Mariucci was asked to describe the “linebacker mentality” in his own words, he did so in charismatic fashion, as he is well known for. He gritted his teeth in mock ferocity and gave a simple explanation. “They’ve got that look in their eye,” Mariucci said. “They’re wired a little different. They’re a high-strung bunch. Maybe they were the bullies in the class when they were growing up. They’re all Type-A personalities. You love those guys.”

When any player goes into the NFL they have to first achieve a degree of inner confidence to succeed, this is what linebacker Jeff Ulbrich struggled with after his injury and is now achieving results. On August 19, 2001 in the 49er’s second pre-season game Ulbrich delivered, he flew around the field in utter jubilation as he slammed himself several times into rookie Raider running back Derek Combs.

His first tackle of Combs was a crushing blow that dropped him for a 1-yard loss. Two other encounters with Combs resulted in a total of 1-yard for the running back. Coaches studied Ulbrich’s six-tackle effort and came away impressed with his total game that day. This is where the light of recognition showed itself in true form that Ulbrich was back for real.

“That was his best game since he’s been a 49er,” 49er’s Coach Steve Mariucci said. “His best performance. He was healthy, he was productive, he was good with calls, he took charge out there, he had fun out there; he was just playing ball.”

The 49er’s pinned their future hopes on this burly and impressive, third round pick out of Hawaii in 2000. He intrigued coaches last summer in training camp with both his strength and speed. He was the pick that would replace Ken Norton Jr. However competition came again in the form of 2001 second-round pick linebacker Jamie Winborn.

Ulbrich confided in himself that he would not relent, that he would fight each and every day until he was ahead in the depth charts, and that he had a reasonable lead over Winborn in playing with the first team. He understood that once again the pressure was on for him to perform. So he dug in and prepared himself for the fight.

“I think it’s his nature. I think that’s Jeff Ulbrich. That’s what we were hoping for when we drafted him,” Mariucci said. “He was like that in college. And now that he’s feeling healthy enough with his shoulder and he doesn’t have to worry as much about it, he can just go out and play and not worry about how he’s going to hold up.”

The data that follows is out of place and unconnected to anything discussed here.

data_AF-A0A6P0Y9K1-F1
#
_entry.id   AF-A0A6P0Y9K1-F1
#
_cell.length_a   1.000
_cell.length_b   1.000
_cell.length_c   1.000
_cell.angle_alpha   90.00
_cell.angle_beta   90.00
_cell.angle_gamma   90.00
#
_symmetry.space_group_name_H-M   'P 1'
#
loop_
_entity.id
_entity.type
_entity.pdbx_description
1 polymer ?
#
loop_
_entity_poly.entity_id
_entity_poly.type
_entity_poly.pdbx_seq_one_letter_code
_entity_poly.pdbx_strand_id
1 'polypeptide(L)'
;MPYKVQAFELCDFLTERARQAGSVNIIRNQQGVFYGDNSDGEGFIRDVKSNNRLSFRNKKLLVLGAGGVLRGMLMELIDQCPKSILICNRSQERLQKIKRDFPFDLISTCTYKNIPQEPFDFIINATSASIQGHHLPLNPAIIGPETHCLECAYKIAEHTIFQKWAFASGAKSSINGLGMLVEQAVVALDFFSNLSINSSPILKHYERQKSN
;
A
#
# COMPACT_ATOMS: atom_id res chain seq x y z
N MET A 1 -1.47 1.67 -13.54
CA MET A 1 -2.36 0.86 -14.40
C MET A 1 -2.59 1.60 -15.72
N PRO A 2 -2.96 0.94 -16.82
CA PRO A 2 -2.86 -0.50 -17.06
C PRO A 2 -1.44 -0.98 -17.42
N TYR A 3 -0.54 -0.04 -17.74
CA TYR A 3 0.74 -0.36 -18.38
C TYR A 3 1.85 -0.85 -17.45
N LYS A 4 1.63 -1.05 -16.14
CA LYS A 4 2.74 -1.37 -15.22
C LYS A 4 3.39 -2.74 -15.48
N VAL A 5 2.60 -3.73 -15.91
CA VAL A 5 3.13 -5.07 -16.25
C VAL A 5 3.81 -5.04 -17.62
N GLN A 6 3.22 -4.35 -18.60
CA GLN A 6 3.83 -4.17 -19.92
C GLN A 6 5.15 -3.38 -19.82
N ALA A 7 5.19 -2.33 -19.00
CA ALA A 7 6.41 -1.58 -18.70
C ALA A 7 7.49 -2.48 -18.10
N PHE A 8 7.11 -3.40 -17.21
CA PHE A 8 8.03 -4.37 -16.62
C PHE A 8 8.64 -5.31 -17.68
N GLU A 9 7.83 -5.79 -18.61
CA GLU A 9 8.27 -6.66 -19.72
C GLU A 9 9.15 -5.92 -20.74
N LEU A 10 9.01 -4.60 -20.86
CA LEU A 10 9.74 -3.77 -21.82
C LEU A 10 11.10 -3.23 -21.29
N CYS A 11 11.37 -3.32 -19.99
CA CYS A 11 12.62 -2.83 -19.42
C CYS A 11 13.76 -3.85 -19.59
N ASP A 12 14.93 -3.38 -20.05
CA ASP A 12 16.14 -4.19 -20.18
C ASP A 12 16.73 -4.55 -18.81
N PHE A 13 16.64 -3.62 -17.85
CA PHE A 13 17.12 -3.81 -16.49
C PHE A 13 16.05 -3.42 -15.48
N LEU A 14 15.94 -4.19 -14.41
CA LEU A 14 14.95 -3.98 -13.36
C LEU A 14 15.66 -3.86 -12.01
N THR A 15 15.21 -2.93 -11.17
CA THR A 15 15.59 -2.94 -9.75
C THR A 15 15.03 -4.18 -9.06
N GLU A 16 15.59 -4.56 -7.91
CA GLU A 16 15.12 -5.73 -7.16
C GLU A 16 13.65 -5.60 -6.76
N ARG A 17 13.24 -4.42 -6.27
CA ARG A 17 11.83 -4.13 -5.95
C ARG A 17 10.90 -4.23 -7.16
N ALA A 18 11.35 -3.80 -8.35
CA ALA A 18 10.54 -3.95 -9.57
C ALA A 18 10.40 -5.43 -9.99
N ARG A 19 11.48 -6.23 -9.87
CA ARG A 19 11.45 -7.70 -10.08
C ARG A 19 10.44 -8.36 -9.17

Deep inside Ulbrich he wants more than anything to put his injury on a shelf for a long time to come does. He had stayed relatively healthy through his days at Live Oak High School and as a two-year starter at Hawaii, where he eventually led the Western Athletic Conference with single-season school record of 169-tackles his senior year.

“Last year, I prepared as well as I did this year,” said Ulbrich, who still can’t figure out how he injured himself initially. “I did everything right, I ran. I lifted, my flexibility and strength were all there. But sometimes it happens, unfortunately.”

The competition that built between Winborn and Ulbrich is an interesting tale, Winborn was struggling in the early stages of the pre-season games and he knew he was. But it did not phase him that Ulbrich was in competition for his position; he actually leaned on him for pointers.

“He’s like another coach to me,” Winborn said. “During the game, on the sidelines, I listen to what my coach has to say to me. Then I’m asking Ulbrich, 'How am I doing, how am I doing?’ He’s telling me, 'You’ve got to get over here on this, you’ve got to do this.’ He just helps me out in every way he can, telling me what to expect, telling me what I need to be prepared for, and helping me study.”

Now there are some selfish athletes that would not give their competition the time of day, but Ulbrich believes everyone deserves a fair and honest shot, he also looks at the challenge as a way of improving not only himself but the team as a whole as well.

Ulbrich said, “We want to make this team better. We want to win. Whatever makes this team better, we’re willing to do. I’m going to help him out as much as I can, and he definitely helps me, definitely pushes me. He’s a great athlete, a great competitor. I think we feed off each other.”

Ulbrich now has a few reasons in his life to be happy about especially after the birth of his new daughter back in March. He realizes more than ever at how important it is to provide for his new family. The intensity just raised the bar.
“It really puts your priorities into focus,” Ulbrich said of Samantha’s March 23rd arrival. “I’d say that football might not be as important. But it almost becomes more important because now this is my way to provide for her.”